Spurred by these changes, Techaisle conducted a unique survey of SMBs. To better reflect the reality of distributed IT influence and authority, we surveyed roughly equal numbers of business decision makers (BDMs) and IT decision makers (ITDMs), asking both groups to provide a “360° perspective” on the critical IT/business trends within their organizations. Key findings from the cloud adoption research included:

  1. Why is cloud being used by SMBs: In many organizations, cloud may have first been introduced as a means of reducing CAPEX and/or overall IT costs, but today, it is viewed by SMBs as a means of increasing business agility and of introducing capabilities that would have been cost or time-prohibitive to deploy on traditional technology. Companies in the “middle” of the SMB market – those with 50-250 employees – emphasize the ability of cloud to make IT staff more productive, while smaller and larger organizations are primarily interested in enabling business staff.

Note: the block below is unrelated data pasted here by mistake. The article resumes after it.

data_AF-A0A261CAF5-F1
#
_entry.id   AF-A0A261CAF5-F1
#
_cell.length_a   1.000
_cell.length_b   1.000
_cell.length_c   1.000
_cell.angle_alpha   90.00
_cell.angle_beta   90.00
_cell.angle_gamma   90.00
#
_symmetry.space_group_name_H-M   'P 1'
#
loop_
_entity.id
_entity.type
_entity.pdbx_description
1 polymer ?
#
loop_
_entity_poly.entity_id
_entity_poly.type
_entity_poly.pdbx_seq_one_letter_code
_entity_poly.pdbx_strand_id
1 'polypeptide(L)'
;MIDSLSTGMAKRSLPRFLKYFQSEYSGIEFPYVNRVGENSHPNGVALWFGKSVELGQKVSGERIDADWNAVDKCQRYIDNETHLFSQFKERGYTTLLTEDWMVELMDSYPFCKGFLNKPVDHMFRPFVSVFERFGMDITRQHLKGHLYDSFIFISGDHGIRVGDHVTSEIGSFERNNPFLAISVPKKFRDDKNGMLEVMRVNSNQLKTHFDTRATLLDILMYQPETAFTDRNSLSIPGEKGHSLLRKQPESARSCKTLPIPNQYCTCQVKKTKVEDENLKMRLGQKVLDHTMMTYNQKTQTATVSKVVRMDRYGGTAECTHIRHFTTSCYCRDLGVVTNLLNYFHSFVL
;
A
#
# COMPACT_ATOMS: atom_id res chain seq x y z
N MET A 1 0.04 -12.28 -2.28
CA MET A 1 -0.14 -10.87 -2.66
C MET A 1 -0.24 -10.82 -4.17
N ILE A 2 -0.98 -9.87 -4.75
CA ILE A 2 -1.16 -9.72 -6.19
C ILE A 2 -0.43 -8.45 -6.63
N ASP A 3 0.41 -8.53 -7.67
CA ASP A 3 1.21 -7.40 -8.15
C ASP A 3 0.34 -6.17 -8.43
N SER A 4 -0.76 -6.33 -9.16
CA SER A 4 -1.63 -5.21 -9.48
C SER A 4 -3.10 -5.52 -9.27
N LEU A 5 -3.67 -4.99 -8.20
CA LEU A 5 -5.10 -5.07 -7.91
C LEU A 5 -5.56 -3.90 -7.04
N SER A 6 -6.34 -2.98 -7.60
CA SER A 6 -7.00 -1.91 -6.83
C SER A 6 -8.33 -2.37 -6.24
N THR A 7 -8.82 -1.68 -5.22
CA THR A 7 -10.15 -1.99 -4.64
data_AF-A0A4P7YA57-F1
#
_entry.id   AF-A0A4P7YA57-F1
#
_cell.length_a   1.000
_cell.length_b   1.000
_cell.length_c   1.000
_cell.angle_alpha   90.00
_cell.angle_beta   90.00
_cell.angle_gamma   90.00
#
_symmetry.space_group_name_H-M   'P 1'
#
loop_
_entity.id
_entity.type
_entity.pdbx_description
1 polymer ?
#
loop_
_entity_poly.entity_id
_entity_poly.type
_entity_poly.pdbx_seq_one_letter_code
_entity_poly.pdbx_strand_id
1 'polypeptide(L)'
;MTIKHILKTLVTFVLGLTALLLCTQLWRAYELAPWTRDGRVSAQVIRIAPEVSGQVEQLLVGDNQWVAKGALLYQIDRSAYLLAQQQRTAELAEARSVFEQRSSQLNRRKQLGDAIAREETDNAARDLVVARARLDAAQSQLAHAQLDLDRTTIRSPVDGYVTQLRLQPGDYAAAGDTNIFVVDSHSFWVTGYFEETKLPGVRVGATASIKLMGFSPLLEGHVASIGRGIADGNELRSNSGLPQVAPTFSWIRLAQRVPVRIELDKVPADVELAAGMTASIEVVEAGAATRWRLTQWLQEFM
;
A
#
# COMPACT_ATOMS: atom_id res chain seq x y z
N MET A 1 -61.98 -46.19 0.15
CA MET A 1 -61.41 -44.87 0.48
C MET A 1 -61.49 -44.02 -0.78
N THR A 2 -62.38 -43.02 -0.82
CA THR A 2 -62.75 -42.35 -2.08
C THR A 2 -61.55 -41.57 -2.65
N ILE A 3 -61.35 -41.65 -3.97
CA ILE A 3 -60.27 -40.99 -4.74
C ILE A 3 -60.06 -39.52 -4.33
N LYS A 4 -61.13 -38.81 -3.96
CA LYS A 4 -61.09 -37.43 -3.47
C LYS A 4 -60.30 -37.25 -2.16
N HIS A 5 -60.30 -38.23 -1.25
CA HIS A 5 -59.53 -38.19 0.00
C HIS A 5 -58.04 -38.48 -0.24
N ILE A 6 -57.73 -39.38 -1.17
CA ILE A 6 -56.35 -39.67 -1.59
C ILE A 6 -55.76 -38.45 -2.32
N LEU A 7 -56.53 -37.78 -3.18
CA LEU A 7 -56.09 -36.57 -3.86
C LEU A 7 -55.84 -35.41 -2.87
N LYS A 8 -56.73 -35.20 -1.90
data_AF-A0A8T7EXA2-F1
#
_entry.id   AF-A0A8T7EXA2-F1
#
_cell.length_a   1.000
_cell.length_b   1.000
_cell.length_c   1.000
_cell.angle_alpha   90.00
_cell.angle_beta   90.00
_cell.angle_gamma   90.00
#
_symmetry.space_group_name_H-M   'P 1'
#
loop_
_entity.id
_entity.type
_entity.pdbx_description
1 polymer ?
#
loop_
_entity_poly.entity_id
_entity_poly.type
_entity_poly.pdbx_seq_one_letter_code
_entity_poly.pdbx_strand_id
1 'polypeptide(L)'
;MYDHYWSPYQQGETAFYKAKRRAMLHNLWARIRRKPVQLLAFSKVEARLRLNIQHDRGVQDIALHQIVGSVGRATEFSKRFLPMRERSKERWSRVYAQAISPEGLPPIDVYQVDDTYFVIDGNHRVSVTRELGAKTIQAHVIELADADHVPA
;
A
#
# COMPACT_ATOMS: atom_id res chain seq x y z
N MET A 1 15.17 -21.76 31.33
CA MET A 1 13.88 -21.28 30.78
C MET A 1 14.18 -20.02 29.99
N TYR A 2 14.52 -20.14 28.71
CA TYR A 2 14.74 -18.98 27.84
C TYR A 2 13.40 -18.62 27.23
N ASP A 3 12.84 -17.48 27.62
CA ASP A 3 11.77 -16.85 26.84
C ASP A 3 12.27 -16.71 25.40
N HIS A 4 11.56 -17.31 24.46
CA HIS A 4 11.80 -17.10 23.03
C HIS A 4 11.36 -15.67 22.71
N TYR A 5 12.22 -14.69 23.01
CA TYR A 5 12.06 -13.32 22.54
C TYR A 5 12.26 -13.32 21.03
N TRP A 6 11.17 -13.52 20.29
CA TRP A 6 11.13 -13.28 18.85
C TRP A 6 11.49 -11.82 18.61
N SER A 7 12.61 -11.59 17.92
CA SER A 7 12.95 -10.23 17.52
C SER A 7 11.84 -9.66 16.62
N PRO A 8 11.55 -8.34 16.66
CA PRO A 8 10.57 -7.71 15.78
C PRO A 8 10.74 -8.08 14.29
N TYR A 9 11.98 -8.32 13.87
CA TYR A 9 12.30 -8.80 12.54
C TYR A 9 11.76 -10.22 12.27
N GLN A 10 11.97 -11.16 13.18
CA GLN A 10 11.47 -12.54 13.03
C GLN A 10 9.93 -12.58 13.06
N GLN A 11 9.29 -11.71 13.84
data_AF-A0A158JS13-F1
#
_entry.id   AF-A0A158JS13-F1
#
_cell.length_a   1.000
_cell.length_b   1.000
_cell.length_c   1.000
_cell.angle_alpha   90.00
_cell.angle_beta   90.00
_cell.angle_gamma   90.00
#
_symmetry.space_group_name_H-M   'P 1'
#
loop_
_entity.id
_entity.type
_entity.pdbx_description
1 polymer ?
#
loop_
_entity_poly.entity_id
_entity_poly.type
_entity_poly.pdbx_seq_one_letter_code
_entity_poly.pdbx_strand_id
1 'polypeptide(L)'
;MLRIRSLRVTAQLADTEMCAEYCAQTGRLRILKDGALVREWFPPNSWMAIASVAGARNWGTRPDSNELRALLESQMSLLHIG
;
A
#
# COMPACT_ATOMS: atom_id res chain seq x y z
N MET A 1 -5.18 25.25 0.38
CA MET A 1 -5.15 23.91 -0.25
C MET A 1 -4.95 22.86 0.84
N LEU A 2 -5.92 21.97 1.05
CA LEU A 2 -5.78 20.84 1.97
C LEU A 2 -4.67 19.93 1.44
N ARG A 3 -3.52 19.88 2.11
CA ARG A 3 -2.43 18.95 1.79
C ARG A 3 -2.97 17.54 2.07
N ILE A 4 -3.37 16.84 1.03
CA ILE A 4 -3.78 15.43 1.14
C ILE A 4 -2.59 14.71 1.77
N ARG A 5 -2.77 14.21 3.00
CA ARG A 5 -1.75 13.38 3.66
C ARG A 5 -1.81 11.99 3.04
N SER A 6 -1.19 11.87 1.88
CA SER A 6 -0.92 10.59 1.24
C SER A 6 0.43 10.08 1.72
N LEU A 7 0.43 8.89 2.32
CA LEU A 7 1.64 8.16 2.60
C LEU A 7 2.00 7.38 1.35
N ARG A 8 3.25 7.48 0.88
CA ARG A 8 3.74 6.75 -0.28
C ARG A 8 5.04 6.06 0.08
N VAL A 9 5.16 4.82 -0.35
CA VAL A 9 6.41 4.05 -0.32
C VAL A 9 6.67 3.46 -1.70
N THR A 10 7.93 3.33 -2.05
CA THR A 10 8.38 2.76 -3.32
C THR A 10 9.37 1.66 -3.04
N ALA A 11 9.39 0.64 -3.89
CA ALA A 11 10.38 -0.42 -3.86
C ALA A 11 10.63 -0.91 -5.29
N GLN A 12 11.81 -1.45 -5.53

2. Who is driving cloud adoption: Techaisle’s research shows that ITDMs are primarily responsible for cloud’s platform technologies – IaaS, and virtualization and mobile device management – and that they share authority for SaaS with BDMs. However, the capabilities based on these foundational technologies – mobility, Big Data, BI/analytics, collaboration and social media – are largely directed by BDMs. BDMs also have taken a leadership role in the solution process steps  (need identification, strategic and operational planning, even evaluation) that lead to a sale. ITDMs retain responsibility for deployment and training, but optimization is now also primarily the responsibility of BDMs.
  3. What kinds of cloud are in use: Our research shows that SMBs use a mix of public, private and hybrid clouds – and that organizations often use two or three of these approaches simultaneously. The data suggests that the cloud deployment process starts with the business requirement, and moves back to the deployment model – rather than starting with a platform, and expanding across incremental workloads. If cloud selection is not a “religious issue”, then accounts are not won or lost at a single platform decision – they are won or lost on a workload-by-workload basis.